When you are in isolation - archived
This content is archived and will not be updated.
People with confirmed COVID-19 must go into isolation at home, at a healthcare institution or elsewhere.
This information is now archived. Current advice can be found here:
Home isolation applies to people with confirmed COVID-19 but who do not need to be admitted to hospital.
It is important that children and adolescents receive the care they need, even if this means that distance cannot be kept. This applies regardless of whether it is the child or guardian who is in isolation.
Healthcare institutions have stricter measures to control the spread of COVID-19 than the rest of the society. If you are in hospital or live in a healthcare institution, the advice about isolation length will differ from the COVID-19 Regulations.
If you do not have a permanent place to live, or the place you live in is not suitable for isolation, the municipality you are staying in will help you find such a place. This also applies to persons without legal residence in the country / undocumented migrants. This is free and you will be given food and drink. You are not allowed to go outside or have visitors when you are in isolation. More information about health care for people without legal residence in the country, see Helsenorge.no: Healthcare for people without legal residence
The following applies for people in isolation:
- You must be in isolation for 4 full days from the time you develop symptoms AND until you have been fever-free for 24 hours without the use of antipyretic medication. This also applies if you develop symptoms after you had a positive test. If you do not have symptoms, you should be in isolation for 4 full days from the time you took the test that was positive. The isolation rules apply regardless of vaccination status and which SARS CoV-2-variant was detected.
- Wherever possible, you must maintain a safe distance from others. For children and people who need medical help, the need for care should be given the highest priority.
- If possible, use a separate room and bathroom. Use your own towels and toiletries.
- You should have food delivered to your room or be alone in the kitchen.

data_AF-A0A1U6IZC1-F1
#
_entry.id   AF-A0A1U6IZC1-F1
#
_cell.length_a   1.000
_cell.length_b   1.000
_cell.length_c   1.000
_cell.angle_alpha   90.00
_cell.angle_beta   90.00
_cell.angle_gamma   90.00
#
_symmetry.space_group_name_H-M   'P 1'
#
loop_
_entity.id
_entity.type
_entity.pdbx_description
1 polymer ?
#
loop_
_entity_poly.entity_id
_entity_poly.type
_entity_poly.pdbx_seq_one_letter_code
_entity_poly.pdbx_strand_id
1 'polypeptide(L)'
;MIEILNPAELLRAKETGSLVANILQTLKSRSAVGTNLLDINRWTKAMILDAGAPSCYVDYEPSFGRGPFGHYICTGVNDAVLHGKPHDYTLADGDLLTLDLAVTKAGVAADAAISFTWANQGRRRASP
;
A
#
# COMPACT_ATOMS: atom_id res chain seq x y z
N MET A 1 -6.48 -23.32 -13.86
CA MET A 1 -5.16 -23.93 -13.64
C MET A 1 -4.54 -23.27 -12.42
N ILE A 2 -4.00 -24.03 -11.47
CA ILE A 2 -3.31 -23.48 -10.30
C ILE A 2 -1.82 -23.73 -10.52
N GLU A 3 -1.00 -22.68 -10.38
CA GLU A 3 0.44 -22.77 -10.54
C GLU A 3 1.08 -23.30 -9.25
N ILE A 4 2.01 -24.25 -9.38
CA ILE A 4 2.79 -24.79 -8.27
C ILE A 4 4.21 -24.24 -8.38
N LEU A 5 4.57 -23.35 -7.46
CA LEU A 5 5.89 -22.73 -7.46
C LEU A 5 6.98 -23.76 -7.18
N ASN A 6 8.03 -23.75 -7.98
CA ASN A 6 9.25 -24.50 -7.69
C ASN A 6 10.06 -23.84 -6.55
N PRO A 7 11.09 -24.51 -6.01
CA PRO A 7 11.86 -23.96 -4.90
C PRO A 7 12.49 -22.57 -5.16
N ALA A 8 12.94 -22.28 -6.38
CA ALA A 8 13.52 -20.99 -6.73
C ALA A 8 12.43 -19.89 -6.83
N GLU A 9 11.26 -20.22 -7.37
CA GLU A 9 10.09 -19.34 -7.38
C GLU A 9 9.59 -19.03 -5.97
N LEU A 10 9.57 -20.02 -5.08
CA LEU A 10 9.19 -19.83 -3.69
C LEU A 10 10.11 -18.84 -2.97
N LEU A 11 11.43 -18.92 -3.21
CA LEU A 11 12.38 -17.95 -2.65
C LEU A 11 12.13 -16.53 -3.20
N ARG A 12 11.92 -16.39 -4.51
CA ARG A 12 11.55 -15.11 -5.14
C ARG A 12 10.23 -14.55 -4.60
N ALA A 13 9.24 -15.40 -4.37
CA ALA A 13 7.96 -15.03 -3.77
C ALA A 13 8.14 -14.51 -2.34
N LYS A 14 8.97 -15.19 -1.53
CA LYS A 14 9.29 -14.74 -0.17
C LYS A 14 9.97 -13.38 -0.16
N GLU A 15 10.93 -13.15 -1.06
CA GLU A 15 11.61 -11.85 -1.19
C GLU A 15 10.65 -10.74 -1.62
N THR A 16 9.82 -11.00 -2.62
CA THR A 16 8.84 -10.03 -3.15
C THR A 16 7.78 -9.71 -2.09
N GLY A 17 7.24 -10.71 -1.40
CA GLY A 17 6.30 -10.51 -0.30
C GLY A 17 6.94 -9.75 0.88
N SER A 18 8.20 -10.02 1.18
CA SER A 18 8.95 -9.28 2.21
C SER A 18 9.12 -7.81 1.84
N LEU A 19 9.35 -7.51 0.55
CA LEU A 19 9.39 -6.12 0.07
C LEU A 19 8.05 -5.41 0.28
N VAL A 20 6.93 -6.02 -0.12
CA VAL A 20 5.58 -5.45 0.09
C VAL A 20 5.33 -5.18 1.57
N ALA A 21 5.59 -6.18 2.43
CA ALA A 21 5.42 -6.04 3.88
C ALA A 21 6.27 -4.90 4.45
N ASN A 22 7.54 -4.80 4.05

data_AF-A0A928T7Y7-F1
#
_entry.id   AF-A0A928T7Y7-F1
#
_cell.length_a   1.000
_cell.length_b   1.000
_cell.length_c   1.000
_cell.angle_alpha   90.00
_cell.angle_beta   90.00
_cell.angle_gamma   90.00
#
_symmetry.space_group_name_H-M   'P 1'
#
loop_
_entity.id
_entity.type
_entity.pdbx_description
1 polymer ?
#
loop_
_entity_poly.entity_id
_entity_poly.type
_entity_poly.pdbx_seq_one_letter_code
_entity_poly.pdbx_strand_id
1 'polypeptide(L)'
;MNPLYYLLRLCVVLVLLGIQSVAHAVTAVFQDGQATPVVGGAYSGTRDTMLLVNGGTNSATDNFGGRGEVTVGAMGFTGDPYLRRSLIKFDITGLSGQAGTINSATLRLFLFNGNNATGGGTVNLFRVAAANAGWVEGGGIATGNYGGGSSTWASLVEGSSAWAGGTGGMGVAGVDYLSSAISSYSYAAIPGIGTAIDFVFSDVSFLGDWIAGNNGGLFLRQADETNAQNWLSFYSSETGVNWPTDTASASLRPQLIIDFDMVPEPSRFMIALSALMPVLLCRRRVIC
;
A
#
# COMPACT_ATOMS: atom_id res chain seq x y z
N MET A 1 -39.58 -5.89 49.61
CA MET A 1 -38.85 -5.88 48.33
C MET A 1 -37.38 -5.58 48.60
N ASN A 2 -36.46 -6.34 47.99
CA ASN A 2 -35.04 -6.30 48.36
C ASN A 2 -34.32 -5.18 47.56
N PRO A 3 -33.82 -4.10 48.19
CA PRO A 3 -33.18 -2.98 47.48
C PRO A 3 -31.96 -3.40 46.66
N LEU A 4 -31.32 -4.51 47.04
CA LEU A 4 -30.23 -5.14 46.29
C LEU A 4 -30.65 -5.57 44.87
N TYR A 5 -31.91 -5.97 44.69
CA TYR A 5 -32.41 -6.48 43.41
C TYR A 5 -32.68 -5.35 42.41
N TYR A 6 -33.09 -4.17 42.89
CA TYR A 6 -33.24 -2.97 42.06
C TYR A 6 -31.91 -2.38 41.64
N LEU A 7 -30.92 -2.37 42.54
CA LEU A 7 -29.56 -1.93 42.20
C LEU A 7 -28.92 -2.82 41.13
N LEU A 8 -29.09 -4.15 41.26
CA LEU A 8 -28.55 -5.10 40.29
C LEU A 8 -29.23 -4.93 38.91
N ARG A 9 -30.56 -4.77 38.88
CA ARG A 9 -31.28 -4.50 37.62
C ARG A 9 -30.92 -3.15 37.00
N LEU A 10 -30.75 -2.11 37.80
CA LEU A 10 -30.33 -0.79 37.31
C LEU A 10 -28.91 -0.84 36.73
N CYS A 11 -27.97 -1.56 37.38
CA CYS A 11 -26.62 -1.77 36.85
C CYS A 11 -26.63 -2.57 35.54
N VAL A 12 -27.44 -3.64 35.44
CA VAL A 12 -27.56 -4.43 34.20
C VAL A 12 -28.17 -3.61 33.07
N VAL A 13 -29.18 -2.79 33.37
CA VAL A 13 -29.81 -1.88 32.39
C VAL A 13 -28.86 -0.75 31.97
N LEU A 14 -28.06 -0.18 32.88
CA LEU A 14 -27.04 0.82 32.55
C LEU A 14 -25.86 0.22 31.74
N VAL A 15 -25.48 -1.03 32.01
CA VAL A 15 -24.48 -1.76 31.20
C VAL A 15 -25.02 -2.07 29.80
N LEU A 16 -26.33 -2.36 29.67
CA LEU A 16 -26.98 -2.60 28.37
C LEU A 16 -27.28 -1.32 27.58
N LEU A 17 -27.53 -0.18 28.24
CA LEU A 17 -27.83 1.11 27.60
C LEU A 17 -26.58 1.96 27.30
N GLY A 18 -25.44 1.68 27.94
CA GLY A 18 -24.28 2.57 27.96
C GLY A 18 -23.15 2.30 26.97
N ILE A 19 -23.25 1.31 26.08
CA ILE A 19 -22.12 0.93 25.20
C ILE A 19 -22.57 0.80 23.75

- If you live with other people, you should go into isolation in your room and maintain the physical distance from those you live with. Do not leave your home, although you can go into your own garden or onto your own balcony, while maintaining a distance from others. Children and adolescents in isolation can also be outdoors as long as they are not in contact with anyone other than household members.
- Get help from others to perform essential errands.
- You and members of your household cannot have visitors.
- If you have to be nearer to other household members than 2 metres, it is recommended that you wear a face mask if your health permits it. Alternatively, household members should wear a face mask when they are closer than 2 metres to the person who is ill. It is not recommended that children under 12-13 years of age wear a face mask. Children under 2 years of age should not wear a face mask under any circumstances.
- Ask your doctor how you should monitor your health.
- Ring the healthcare service if you need medical attention because your condition has deteriorated (for example, you experience breathing difficulties) or for other reasons. Explain that you have COVID-19 when you call. They will then be able to implement measures to prevent other people from becoming infected. Do not use public transport.
- The people you live with must be careful about hand hygiene.
- Regular cleaning is sufficient.
Video about the isolation rules (in several languages)
After recovery from COVID-19
When you have finished the isolation period, you are no longer considered contagious. Isolation also ceases in those cases where others in your household are still in isolation.
Although most people have mild respiratory tract symptoms, some have persistent symptoms such as loss of / altered sense of taste and smell, residual cough, shortness of breath and decreased general condition, even after the isolation period is over. These symptoms usually go away on their own after a while. In the beginning, it can be good to alternate between rest and gentle physical activity, such as going for a walk.
Some have persistent symptoms over a long period of time. If you have problems that affect your daily life and do not improve, you should contact your GP.
If you have difficulty breathing, or feel very ill, you should contact the emergency out fof hours clinic 116 117, alternatively 113 if you need immediate help.